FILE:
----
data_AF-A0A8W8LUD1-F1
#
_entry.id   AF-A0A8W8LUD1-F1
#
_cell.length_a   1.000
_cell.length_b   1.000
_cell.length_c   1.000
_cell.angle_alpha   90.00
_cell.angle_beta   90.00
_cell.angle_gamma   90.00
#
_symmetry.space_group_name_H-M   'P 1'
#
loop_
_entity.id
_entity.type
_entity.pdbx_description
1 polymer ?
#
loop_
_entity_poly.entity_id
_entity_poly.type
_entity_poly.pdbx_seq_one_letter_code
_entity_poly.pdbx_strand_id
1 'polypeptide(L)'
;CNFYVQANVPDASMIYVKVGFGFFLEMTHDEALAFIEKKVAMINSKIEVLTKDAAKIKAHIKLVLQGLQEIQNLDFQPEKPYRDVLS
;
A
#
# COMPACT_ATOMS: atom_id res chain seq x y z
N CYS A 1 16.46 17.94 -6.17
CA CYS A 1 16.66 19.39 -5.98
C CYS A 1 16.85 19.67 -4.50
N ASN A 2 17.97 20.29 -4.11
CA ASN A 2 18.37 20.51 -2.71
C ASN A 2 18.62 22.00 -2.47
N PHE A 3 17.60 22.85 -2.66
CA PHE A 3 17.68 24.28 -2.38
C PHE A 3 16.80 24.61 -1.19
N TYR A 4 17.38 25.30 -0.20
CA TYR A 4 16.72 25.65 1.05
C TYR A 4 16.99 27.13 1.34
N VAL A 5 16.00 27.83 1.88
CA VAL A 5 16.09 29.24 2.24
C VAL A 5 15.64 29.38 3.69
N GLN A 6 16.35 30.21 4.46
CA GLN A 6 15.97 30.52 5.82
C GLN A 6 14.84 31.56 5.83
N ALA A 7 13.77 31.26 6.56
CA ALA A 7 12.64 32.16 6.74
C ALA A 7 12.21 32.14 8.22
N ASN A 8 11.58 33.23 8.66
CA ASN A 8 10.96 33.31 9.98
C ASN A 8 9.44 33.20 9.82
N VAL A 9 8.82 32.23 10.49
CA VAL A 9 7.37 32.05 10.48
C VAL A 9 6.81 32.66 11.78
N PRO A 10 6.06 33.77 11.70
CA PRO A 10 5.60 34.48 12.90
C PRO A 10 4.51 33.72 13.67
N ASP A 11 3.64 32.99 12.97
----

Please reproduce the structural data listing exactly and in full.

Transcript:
data_AF-A0A8W8LUD1-F1
#
_entry.id   AF-A0A8W8LUD1-F1
#
_cell.length_a   1.000
_cell.length_b   1.000
_cell.length_c   1.000
_cell.angle_alpha   90.00
_cell.angle_beta   90.00
_cell.angle_gamma   90.00
#
_symmetry.space_group_name_H-M   'P 1'
#
loop_
_entity.id
_entity.type
_entity.pdbx_description
1 polymer ?
#
loop_
_entity_poly.entity_id
_entity_poly.type
_entity_poly.pdbx_seq_one_letter_code
_entity_poly.pdbx_strand_id
1 'polypeptide(L)'
;CNFYVQANVPDASMIYVKVGFGFFLEMTHDEALAFIEKKVAMINSKIEVLTKDAAKIKAHIKLVLQGLQEIQNLDFQPEKPYRDVLS
;
A
#
# COMPACT_ATOMS: atom_id res chain seq x y z
N CYS A 1 16.46 17.94 -6.17
CA CYS A 1 16.66 19.39 -5.98
C CYS A 1 16.85 19.67 -4.50
N ASN A 2 17.97 20.29 -4.11
CA ASN A 2 18.37 20.51 -2.71
C ASN A 2 18.62 22.00 -2.47
N PHE A 3 17.60 22.85 -2.66
CA PHE A 3 17.68 24.28 -2.38
C PHE A 3 16.80 24.61 -1.19
N TYR A 4 17.38 25.30 -0.20
CA TYR A 4 16.72 25.65 1.05
C TYR A 4 16.99 27.13 1.34
N VAL A 5 16.00 27.83 1.88
CA VAL A 5 16.09 29.24 2.24
C VAL A 5 15.64 29.38 3.69
N GLN A 6 16.35 30.21 4.46
CA GLN A 6 15.97 30.52 5.82
C GLN A 6 14.84 31.56 5.83
N ALA A 7 13.77 31.26 6.56
CA ALA A 7 12.64 32.16 6.74
C ALA A 7 12.21 32.14 8.22
N ASN A 8 11.58 33.23 8.66
CA ASN A 8 10.96 33.31 9.98
C ASN A 8 9.44 33.20 9.82
N VAL A 9 8.82 32.23 10.49
CA VAL A 9 7.37 32.05 10.48
C VAL A 9 6.81 32.66 11.78
N PRO A 10 6.06 33.77 11.70
CA PRO A 10 5.60 34.48 12.90
C PRO A 10 4.51 33.72 13.67
N ASP A 11 3.64 32.99 12.97